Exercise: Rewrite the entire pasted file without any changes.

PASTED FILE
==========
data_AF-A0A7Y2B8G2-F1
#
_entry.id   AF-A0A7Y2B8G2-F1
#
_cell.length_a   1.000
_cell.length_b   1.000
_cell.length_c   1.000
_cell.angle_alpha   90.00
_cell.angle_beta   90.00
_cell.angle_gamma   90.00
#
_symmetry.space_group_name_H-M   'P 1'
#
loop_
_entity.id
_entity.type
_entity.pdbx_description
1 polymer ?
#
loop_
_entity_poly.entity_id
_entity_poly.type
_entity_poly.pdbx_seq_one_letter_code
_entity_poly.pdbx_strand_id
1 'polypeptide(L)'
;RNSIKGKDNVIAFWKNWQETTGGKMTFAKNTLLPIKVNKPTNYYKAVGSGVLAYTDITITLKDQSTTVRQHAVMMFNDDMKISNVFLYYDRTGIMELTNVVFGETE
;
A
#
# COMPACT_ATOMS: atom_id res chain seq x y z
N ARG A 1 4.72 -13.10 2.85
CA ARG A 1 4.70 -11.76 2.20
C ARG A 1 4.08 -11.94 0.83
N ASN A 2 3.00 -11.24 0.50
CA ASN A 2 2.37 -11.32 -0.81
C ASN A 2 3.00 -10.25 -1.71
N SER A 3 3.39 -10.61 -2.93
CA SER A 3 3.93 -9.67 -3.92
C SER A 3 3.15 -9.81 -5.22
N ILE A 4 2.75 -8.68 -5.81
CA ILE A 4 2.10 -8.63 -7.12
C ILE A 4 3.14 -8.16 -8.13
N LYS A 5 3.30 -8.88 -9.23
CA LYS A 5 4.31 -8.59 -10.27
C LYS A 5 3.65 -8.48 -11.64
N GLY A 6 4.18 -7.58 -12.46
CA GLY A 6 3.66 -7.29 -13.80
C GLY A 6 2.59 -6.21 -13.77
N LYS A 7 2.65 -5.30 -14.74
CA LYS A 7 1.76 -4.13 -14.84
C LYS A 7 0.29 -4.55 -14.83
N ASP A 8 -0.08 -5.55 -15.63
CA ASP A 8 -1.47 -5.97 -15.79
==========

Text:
data_AF-A0A7Y2B8G2-F1
#
_entry.id   AF-A0A7Y2B8G2-F1
#
_cell.length_a   1.000
_cell.length_b   1.000
_cell.length_c   1.000
_cell.angle_alpha   90.00
_cell.angle_beta   90.00
_cell.angle_gamma   90.00
#
_symmetry.space_group_name_H-M   'P 1'
#
loop_
_entity.id
_entity.type
_entity.pdbx_description
1 polymer ?
#
loop_
_entity_poly.entity_id
_entity_poly.type
_entity_poly.pdbx_seq_one_letter_code
_entity_poly.pdbx_strand_id
1 'polypeptide(L)'
;RNSIKGKDNVIAFWKNWQETTGGKMTFAKNTLLPIKVNKPTNYYKAVGSGVLAYTDITITLKDQSTTVRQHAVMMFNDDMKISNVFLYYDRTGIMELTNVVFGETE
;
A
#
# COMPACT_ATOMS: atom_id res chain seq x y z
N ARG A 1 4.72 -13.10 2.85
CA ARG A 1 4.70 -11.76 2.20
C ARG A 1 4.08 -11.94 0.83
N ASN A 2 3.00 -11.24 0.50
CA ASN A 2 2.37 -11.32 -0.81
C ASN A 2 3.00 -10.25 -1.71
N SER A 3 3.39 -10.61 -2.93
CA SER A 3 3.93 -9.67 -3.92
C SER A 3 3.15 -9.81 -5.22
N ILE A 4 2.75 -8.68 -5.81
CA ILE A 4 2.10 -8.63 -7.12
C ILE A 4 3.14 -8.16 -8.13
N LYS A 5 3.30 -8.88 -9.23
CA LYS A 5 4.31 -8.59 -10.27
C LYS A 5 3.65 -8.48 -11.64
N GLY A 6 4.18 -7.58 -12.46
CA GLY A 6 3.66 -7.29 -13.80
C GLY A 6 2.59 -6.21 -13.77
N LYS A 7 2.65 -5.30 -14.74
CA LYS A 7 1.76 -4.13 -14.84
C LYS A 7 0.29 -4.55 -14.83
N ASP A 8 -0.08 -5.55 -15.63
CA ASP A 8 -1.47 -5.97 -15.79